UK accused of 'modern slavery' as migrant row with France turns ugly

UK is accused of ‘modern slavery’ as tit-for-tat row with France over migrant row turns ugly

  • A minister in Paris has said Britain has a ‘quasi-modern slavery’ labour market
  • French interior minister Gerald Darmanin also ruled out joint coastal patrols
  • It comes after 27 migrants died trying to cross the Channel in a dinghy last week

The war of words between Britain and France over the Channel migrant crisis intensified last night as Paris described the UK’s labour market as ‘quasi-modern slavery’.

It came as interior minister Gerald Darmanin ruled out joint Anglo-French coastal patrols in northern France – and proposed ‘pushback’ tactics to divert dinghies away from UK waters.

Mr Darmanin called on Britain to agree a new post-Brexit deal with the EU to fight illegal migration, and said French premier Jean Castex will set out his demands in a letter to Boris Johnson today.

In the wake of the deaths of 27 migrants trying to cross the Channel in a flimsy dinghy last week, France’s Europe minister Clement Beaune said Britain’s labour market was to blame for the crisis, alleging that fewer checks on illegal workers made the UK an attractive destination.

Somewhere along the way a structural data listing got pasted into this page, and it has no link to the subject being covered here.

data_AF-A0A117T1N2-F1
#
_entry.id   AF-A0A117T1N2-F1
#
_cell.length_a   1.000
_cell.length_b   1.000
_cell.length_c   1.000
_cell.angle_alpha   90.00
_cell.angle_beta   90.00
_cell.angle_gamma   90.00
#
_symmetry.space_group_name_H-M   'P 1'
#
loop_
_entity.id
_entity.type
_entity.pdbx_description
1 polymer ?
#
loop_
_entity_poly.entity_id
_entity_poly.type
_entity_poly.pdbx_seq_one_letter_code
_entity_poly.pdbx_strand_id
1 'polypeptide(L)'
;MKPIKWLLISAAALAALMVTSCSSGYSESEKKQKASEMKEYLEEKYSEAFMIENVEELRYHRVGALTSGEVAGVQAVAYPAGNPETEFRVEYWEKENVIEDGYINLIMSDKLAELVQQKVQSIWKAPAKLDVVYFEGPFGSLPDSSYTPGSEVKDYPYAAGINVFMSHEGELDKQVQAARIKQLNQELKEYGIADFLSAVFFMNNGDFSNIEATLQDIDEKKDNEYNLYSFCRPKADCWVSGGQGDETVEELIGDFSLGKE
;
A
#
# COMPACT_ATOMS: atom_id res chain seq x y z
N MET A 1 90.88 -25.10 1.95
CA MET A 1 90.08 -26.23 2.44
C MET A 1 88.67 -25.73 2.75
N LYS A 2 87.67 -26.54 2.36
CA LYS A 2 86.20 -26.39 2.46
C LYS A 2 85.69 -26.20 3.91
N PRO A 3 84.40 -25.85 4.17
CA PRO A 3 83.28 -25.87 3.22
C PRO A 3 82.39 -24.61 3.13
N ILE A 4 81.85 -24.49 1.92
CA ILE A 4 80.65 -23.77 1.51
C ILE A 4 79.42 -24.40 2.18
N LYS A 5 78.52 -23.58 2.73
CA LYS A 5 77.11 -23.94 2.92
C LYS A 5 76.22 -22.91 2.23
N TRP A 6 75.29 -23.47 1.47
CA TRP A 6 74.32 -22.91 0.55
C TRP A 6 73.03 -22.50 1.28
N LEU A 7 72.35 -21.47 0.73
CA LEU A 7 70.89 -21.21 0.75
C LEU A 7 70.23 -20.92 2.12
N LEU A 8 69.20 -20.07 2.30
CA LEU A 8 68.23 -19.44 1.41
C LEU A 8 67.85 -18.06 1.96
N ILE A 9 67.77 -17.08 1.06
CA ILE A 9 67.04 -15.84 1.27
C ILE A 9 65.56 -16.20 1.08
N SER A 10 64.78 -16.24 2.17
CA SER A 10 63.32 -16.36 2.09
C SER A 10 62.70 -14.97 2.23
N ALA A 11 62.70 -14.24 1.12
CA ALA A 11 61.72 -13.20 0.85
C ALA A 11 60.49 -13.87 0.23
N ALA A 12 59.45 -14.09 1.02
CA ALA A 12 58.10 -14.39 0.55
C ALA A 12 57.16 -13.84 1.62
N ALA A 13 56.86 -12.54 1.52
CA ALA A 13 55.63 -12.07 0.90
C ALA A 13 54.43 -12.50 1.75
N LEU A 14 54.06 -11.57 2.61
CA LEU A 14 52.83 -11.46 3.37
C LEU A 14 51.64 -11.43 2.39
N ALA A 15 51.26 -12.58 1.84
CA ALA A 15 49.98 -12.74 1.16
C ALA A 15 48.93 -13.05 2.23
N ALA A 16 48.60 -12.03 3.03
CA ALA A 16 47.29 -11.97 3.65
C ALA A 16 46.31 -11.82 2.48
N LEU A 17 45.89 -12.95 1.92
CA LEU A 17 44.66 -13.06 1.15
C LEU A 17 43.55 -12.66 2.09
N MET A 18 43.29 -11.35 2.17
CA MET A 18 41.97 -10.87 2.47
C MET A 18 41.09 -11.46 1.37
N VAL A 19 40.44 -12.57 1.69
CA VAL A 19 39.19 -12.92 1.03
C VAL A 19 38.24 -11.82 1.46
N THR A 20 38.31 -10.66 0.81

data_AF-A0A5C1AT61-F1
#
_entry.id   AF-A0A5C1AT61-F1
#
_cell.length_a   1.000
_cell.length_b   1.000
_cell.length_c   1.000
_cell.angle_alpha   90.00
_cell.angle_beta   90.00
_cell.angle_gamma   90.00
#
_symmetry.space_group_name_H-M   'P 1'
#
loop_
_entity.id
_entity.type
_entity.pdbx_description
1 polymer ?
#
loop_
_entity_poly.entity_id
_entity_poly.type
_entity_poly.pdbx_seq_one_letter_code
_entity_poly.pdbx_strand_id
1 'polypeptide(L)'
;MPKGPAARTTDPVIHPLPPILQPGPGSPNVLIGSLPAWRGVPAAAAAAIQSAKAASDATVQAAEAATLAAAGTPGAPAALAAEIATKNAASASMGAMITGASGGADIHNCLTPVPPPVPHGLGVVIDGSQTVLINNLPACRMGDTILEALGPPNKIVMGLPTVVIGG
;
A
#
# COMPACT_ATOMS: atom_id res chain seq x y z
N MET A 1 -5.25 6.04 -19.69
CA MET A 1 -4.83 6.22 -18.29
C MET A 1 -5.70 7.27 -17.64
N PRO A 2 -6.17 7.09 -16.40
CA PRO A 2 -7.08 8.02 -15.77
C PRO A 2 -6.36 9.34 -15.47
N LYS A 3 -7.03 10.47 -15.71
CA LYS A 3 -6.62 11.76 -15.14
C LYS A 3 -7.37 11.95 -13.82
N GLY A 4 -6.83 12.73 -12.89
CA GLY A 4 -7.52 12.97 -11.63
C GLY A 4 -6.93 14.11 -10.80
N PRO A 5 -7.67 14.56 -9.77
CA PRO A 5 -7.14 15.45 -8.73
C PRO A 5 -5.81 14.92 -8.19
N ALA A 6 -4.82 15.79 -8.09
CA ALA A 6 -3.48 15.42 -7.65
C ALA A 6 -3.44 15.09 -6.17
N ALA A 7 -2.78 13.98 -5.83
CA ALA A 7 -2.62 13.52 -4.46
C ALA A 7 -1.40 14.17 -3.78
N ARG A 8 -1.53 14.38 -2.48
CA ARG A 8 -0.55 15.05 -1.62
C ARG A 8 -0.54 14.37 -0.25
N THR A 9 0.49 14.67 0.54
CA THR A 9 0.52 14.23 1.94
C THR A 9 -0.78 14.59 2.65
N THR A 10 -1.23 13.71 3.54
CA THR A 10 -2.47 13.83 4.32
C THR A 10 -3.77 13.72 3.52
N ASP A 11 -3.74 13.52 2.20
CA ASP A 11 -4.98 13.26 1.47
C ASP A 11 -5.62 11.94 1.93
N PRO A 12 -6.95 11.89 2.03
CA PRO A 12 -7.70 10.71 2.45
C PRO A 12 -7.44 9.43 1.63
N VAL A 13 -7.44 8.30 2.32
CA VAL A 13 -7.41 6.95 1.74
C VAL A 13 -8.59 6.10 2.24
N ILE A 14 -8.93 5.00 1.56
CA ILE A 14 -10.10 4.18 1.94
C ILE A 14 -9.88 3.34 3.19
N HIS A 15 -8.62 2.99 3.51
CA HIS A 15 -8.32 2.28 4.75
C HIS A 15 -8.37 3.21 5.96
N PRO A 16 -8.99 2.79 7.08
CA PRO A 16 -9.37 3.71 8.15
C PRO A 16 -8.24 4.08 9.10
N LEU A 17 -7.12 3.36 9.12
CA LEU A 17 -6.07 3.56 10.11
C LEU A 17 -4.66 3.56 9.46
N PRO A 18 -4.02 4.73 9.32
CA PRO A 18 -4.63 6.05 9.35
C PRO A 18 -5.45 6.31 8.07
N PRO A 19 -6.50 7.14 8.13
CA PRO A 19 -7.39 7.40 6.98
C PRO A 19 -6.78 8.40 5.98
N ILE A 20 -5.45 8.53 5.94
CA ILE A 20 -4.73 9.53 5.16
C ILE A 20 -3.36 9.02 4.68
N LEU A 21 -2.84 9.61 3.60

French interior minister Gerald Darmanin (pictured) ruled out joint Anglo-French coastal patrols in northern France

‘We’re asking the British to change their framework,’ he added. 

‘There is an economic model of, sometimes, quasi-modern slavery or at least of illegal work that is very strong. 

‘If the British are not going back to a certain number of checks, on more humane, more compliant labour market regulation, this attraction will remain.’ 

Mr Darmanin also blamed ‘the attractiveness of the UK’ for the crisis.

‘One of the engines of the English economic policy – not all of it, obviously – is to employ workers illegally,’ said the minister, who has previously described the UK as an ‘El Dorado’ for asylum seekers.

France will demand a ‘balanced’ post-Brexit accord between Britain and the European Union on handling illegal immigration, he said, rather than dealing directly with the UK.

Mr Darmanin reiterated his rejection of proposals backed by Home Secretary Priti Patel to turn around boats in the Channel, but said France is ready to resume talks once Britain ends its ‘double speak’. 

More than 26,500 migrants have crossed the Channel this year, more than triple the number in the whole of 2020. 

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